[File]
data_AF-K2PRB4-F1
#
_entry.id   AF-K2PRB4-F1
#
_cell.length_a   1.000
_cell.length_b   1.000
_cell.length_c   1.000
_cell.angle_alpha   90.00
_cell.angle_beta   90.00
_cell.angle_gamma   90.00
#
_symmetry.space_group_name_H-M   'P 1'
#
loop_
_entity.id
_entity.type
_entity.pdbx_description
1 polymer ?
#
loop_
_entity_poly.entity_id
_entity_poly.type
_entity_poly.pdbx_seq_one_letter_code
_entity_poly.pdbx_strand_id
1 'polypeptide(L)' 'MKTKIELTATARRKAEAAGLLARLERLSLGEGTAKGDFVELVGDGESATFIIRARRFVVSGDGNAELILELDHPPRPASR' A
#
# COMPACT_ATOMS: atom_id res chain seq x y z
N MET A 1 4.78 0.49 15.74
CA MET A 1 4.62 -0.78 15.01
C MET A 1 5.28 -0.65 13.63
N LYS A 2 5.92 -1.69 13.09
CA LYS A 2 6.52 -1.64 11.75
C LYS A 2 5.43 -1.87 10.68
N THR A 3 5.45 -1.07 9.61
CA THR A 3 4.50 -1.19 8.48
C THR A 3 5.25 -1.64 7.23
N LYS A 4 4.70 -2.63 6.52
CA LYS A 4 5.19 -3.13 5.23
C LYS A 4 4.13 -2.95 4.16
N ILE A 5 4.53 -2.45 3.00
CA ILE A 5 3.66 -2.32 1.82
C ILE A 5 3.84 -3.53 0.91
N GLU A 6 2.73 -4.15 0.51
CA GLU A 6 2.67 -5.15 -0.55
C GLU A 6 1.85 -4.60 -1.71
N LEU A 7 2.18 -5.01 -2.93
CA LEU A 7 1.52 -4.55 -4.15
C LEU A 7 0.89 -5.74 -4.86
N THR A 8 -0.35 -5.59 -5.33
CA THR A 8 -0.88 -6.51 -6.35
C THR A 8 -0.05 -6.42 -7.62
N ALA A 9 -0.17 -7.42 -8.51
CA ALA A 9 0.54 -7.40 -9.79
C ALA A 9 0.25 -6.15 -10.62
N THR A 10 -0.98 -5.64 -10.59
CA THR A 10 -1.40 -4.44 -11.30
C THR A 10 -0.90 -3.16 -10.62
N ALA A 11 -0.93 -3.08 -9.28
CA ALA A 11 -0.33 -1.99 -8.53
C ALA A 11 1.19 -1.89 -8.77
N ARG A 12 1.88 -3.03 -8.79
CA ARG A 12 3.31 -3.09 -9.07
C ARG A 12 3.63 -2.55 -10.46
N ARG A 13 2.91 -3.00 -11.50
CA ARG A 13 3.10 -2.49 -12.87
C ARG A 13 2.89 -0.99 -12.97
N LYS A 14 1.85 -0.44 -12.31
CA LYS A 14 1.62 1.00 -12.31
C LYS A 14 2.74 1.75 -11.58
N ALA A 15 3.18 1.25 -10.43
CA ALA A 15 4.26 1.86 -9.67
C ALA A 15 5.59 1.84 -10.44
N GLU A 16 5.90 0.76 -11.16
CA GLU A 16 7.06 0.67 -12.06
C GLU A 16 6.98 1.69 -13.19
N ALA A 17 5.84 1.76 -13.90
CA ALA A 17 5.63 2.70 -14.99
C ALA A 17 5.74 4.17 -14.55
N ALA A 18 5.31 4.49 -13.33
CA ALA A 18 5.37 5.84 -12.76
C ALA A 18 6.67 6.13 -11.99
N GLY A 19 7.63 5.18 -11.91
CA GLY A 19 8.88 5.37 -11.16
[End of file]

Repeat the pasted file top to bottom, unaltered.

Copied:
data_AF-K2PRB4-F1
#
_entry.id   AF-K2PRB4-F1
#
_cell.length_a   1.000
_cell.length_b   1.000
_cell.length_c   1.000
_cell.angle_alpha   90.00
_cell.angle_beta   90.00
_cell.angle_gamma   90.00
#
_symmetry.space_group_name_H-M   'P 1'
#
loop_
_entity.id
_entity.type
_entity.pdbx_description
1 polymer ?
#
loop_
_entity_poly.entity_id
_entity_poly.type
_entity_poly.pdbx_seq_one_letter_code
_entity_poly.pdbx_strand_id
1 'polypeptide(L)' 'MKTKIELTATARRKAEAAGLLARLERLSLGEGTAKGDFVELVGDGESATFIIRARRFVVSGDGNAELILELDHPPRPASR' A
#
# COMPACT_ATOMS: atom_id res chain seq x y z
N MET A 1 4.78 0.49 15.74
CA MET A 1 4.62 -0.78 15.01
C MET A 1 5.28 -0.65 13.63
N LYS A 2 5.92 -1.69 13.09
CA LYS A 2 6.52 -1.64 11.75
C LYS A 2 5.43 -1.87 10.68
N THR A 3 5.45 -1.07 9.61
CA THR A 3 4.50 -1.19 8.48
C THR A 3 5.25 -1.64 7.23
N LYS A 4 4.70 -2.63 6.52
CA LYS A 4 5.19 -3.13 5.23
C LYS A 4 4.13 -2.95 4.16
N ILE A 5 4.53 -2.45 3.00
CA ILE A 5 3.66 -2.32 1.82
C ILE A 5 3.84 -3.53 0.91
N GLU A 6 2.73 -4.15 0.51
CA GLU A 6 2.67 -5.15 -0.55
C GLU A 6 1.85 -4.60 -1.71
N LEU A 7 2.18 -5.01 -2.93
CA LEU A 7 1.52 -4.55 -4.15
C LEU A 7 0.89 -5.74 -4.86
N THR A 8 -0.35 -5.59 -5.33
CA THR A 8 -0.88 -6.51 -6.35
C THR A 8 -0.05 -6.42 -7.62
N ALA A 9 -0.17 -7.42 -8.51
CA ALA A 9 0.54 -7.40 -9.79
C ALA A 9 0.25 -6.15 -10.62
N THR A 10 -0.98 -5.64 -10.59
CA THR A 10 -1.40 -4.44 -11.30
C THR A 10 -0.90 -3.16 -10.62
N ALA A 11 -0.93 -3.08 -9.28
CA ALA A 11 -0.33 -1.99 -8.53
C ALA A 11 1.19 -1.89 -8.77
N ARG A 12 1.88 -3.03 -8.79
CA ARG A 12 3.31 -3.09 -9.07
C ARG A 12 3.63 -2.55 -10.46
N ARG A 13 2.91 -3.00 -11.50
CA ARG A 13 3.10 -2.49 -12.87
C ARG A 13 2.89 -0.99 -12.97
N LYS A 14 1.85 -0.44 -12.31
CA LYS A 14 1.62 1.00 -12.31
C LYS A 14 2.74 1.75 -11.58
N ALA A 15 3.18 1.25 -10.43
CA ALA A 15 4.26 1.86 -9.67
C ALA A 15 5.59 1.84 -10.44
N GLU A 16 5.90 0.76 -11.16
CA GLU A 16 7.06 0.67 -12.06
C GLU A 16 6.98 1.69 -13.19
N ALA A 17 5.84 1.76 -13.90
CA ALA A 17 5.63 2.70 -14.99
C ALA A 17 5.74 4.17 -14.55
N ALA A 18 5.31 4.49 -13.33
CA ALA A 18 5.37 5.84 -12.76
C ALA A 18 6.67 6.13 -11.99
N GLY A 19 7.63 5.18 -11.91
CA GLY A 19 8.88 5.37 -11.16